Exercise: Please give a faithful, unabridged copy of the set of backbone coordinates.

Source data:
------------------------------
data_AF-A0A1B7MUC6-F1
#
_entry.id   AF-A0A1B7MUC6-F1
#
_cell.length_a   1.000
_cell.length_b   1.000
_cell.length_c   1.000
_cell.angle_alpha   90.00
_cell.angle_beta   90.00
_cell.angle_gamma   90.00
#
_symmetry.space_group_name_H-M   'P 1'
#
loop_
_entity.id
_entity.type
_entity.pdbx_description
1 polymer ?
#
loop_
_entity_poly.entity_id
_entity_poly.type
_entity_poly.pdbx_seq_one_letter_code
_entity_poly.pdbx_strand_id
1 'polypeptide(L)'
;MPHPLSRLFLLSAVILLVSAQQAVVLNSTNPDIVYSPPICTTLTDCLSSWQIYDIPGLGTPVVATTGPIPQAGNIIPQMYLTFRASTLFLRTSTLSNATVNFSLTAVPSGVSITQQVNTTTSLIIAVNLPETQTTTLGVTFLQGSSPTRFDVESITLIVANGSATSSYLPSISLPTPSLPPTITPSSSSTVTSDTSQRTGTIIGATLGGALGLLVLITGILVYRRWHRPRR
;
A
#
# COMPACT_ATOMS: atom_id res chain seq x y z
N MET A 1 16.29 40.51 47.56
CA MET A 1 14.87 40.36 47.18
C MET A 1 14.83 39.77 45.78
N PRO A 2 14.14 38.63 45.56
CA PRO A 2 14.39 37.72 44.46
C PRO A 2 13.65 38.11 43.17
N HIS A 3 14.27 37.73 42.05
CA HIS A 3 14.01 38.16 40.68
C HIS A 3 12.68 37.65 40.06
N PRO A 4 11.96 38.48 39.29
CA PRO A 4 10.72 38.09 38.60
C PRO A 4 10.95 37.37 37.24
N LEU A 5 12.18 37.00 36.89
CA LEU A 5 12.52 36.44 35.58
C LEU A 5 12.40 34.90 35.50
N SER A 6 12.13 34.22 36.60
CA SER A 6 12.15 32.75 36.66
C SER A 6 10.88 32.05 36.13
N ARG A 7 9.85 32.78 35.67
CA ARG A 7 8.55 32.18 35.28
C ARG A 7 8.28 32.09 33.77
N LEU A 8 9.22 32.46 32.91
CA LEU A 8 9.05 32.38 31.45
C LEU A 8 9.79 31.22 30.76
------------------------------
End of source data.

data_AF-A0A1B7MUC6-F1
#
_entry.id   AF-A0A1B7MUC6-F1
#
_cell.length_a   1.000
_cell.length_b   1.000
_cell.length_c   1.000
_cell.angle_alpha   90.00
_cell.angle_beta   90.00
_cell.angle_gamma   90.00
#
_symmetry.space_group_name_H-M   'P 1'
#
loop_
_entity.id
_entity.type
_entity.pdbx_description
1 polymer ?
#
loop_
_entity_poly.entity_id
_entity_poly.type
_entity_poly.pdbx_seq_one_letter_code
_entity_poly.pdbx_strand_id
1 'polypeptide(L)'
;MPHPLSRLFLLSAVILLVSAQQAVVLNSTNPDIVYSPPICTTLTDCLSSWQIYDIPGLGTPVVATTGPIPQAGNIIPQMYLTFRASTLFLRTSTLSNATVNFSLTAVPSGVSITQQVNTTTSLIIAVNLPETQTTTLGVTFLQGSSPTRFDVESITLIVANGSATSSYLPSISLPTPSLPPTITPSSSSTVTSDTSQRTGTIIGATLGGALGLLVLITGILVYRRWHRPRR
;
A
#
# COMPACT_ATOMS: atom_id res chain seq x y z
N MET A 1 16.29 40.51 47.56
CA MET A 1 14.87 40.36 47.18
C MET A 1 14.83 39.77 45.78
N PRO A 2 14.14 38.63 45.56
CA PRO A 2 14.39 37.72 44.46
C PRO A 2 13.65 38.11 43.17
N HIS A 3 14.27 37.73 42.05
CA HIS A 3 14.01 38.16 40.68
C HIS A 3 12.68 37.65 40.06
N PRO A 4 11.96 38.48 39.29
CA PRO A 4 10.72 38.09 38.60
C PRO A 4 10.95 37.37 37.24
N LEU A 5 12.18 37.00 36.89
CA LEU A 5 12.52 36.44 35.58
C LEU A 5 12.40 34.90 35.50
N SER A 6 12.13 34.22 36.60
CA SER A 6 12.15 32.75 36.66
C SER A 6 10.88 32.05 36.13
N ARG A 7 9.85 32.78 35.67
CA ARG A 7 8.55 32.18 35.28
C ARG A 7 8.28 32.09 33.77
N LEU A 8 9.22 32.46 32.91
CA LEU A 8 9.05 32.38 31.45
C LEU A 8 9.79 31.22 30.76